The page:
subject book bibliographic info
alexander the great Gera, Judith (2014) 131
anthropomorphism, personality Fishbane, Biblical Myth and Rabbinic Mythmaking (2003) 181
army, assyrian Gera, Judith (2014) 131
arphaxad, king of medes Gera, Judith (2014) 131
assyrian royal inscriptions Gera, Judith (2014) 131
attributes, divine, and divine names Fishbane, Biblical Myth and Rabbinic Mythmaking (2003) 181
attributes, divine, mercy Fishbane, Biblical Myth and Rabbinic Mythmaking (2003) 181
azariah (r.) Fishbane, Biblical Myth and Rabbinic Mythmaking (2003) 181, 380, 381
behistun inscription Gera, Judith (2014) 131
bessus Gera, Judith (2014) 131
booty and plundering Gera, Judith (2014) 131
combat, single Gera, Judith (2014) 131
crush/ shatter enemy Gera, Judith (2014) 131
darius i Gera, Judith (2014) 131
darius iii Gera, Judith (2014) 131
ecbatana Gera, Judith (2014) 131
exile Fishbane, Biblical Myth and Rabbinic Mythmaking (2003) 181, 381
fravartish Gera, Judith (2014) 131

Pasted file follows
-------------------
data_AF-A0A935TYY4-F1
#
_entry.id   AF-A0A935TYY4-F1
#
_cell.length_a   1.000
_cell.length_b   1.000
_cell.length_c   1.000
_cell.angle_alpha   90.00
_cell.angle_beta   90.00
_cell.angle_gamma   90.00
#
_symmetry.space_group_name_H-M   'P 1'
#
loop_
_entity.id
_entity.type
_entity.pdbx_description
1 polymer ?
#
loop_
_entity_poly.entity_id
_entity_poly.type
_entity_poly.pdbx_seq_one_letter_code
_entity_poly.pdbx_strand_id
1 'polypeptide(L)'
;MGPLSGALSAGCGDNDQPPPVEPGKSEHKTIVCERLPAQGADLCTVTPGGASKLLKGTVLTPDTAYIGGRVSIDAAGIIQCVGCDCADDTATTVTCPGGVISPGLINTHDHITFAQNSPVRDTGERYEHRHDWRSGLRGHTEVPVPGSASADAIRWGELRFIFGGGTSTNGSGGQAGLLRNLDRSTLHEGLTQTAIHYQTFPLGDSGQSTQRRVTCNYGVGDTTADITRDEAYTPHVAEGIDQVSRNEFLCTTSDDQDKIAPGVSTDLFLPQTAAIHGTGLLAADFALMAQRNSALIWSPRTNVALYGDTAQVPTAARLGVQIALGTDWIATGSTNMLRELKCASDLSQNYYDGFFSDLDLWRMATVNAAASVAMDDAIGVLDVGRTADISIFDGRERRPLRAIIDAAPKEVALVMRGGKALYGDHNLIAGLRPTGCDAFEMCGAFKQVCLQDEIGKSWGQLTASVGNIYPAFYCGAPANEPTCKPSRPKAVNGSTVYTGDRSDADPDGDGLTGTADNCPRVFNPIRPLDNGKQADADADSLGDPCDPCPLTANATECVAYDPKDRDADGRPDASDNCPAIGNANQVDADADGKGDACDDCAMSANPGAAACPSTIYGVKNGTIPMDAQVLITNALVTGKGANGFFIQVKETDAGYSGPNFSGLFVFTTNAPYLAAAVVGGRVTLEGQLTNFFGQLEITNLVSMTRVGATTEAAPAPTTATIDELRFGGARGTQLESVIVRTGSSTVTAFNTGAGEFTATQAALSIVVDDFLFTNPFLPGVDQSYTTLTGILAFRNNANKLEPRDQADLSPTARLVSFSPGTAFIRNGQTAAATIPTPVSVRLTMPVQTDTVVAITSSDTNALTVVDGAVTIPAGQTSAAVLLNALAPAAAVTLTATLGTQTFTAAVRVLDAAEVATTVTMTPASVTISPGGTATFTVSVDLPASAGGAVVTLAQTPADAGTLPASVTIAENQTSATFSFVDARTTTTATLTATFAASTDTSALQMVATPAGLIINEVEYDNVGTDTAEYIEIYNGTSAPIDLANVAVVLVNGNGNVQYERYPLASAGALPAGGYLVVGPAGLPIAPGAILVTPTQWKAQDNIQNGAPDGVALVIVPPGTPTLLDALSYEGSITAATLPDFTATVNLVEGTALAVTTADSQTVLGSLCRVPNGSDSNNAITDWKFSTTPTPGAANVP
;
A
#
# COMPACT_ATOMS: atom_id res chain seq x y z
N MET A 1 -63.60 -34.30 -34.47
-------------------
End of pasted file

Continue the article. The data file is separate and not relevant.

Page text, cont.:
highlands, mountains, and hills Gera, Judith (2014) 131
holophernes, death and decapitation Gera, Judith (2014) 131
israel, obedience Fishbane, Biblical Myth and Rabbinic Mythmaking (2003) 181, 380, 381
israel, rebellion of Fishbane, Biblical Myth and Rabbinic Mythmaking (2003) 380, 381
israel, tribes Fishbane, Biblical Myth and Rabbinic Mythmaking (2003) 381
israel Fishbane, Biblical Myth and Rabbinic Mythmaking (2003) 381
jeremiah Neusner Green and Avery-Peck, Judaism from Moses to Muhammad: An Interpretation: Turning Points and Focal Points (2022) 63
jerusalem Gera, Judith (2014) 131
judah bar simon (r.) Fishbane, Biblical Myth and Rabbinic Mythmaking (2003) 181, 380, 381
king, rhetoric Fishbane, Biblical Myth and Rabbinic Mythmaking (2003) 381
lament tradition Neusner Green and Avery-Peck, Judaism from Moses to Muhammad: An Interpretation: Turning Points and Focal Points (2022) 63
lamentations Neusner Green and Avery-Peck, Judaism from Moses to Muhammad: An Interpretation: Turning Points and Focal Points (2022) 63